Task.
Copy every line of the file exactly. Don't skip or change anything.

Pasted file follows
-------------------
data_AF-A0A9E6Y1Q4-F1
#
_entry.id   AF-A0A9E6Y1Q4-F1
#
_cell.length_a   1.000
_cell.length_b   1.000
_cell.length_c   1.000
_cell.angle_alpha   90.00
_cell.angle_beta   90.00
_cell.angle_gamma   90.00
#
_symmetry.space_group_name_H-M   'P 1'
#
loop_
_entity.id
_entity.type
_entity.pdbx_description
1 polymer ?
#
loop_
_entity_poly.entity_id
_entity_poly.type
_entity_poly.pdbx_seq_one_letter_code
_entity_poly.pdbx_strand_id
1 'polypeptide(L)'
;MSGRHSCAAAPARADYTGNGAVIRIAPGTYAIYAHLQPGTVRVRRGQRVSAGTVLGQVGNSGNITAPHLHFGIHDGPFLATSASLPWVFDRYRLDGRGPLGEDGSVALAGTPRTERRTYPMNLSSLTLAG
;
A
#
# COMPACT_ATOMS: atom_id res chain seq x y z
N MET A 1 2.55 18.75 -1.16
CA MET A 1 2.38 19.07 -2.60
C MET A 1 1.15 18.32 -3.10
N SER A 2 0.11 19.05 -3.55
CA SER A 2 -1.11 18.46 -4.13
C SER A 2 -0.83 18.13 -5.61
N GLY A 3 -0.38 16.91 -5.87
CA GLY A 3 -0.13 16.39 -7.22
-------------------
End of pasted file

data_AF-A0A9E6Y1Q4-F1
#
_entry.id   AF-A0A9E6Y1Q4-F1
#
_cell.length_a   1.000
_cell.length_b   1.000
_cell.length_c   1.000
_cell.angle_alpha   90.00
_cell.angle_beta   90.00
_cell.angle_gamma   90.00
#
_symmetry.space_group_name_H-M   'P 1'
#
loop_
_entity.id
_entity.type
_entity.pdbx_description
1 polymer ?
#
loop_
_entity_poly.entity_id
_entity_poly.type
_entity_poly.pdbx_seq_one_letter_code
_entity_poly.pdbx_strand_id
1 'polypeptide(L)'
;MSGRHSCAAAPARADYTGNGAVIRIAPGTYAIYAHLQPGTVRVRRGQRVSAGTVLGQVGNSGNITAPHLHFGIHDGPFLATSASLPWVFDRYRLDGRGPLGEDGSVALAGTPRTERRTYPMNLSSLTLAG
;
A
#
# COMPACT_ATOMS: atom_id res chain seq x y z
N MET A 1 2.55 18.75 -1.16
CA MET A 1 2.38 19.07 -2.60
C MET A 1 1.15 18.32 -3.10
N SER A 2 0.11 19.05 -3.55
CA SER A 2 -1.11 18.46 -4.13
C SER A 2 -0.83 18.13 -5.61
N GLY A 3 -0.38 16.91 -5.87
CA GLY A 3 -0.13 16.39 -7.22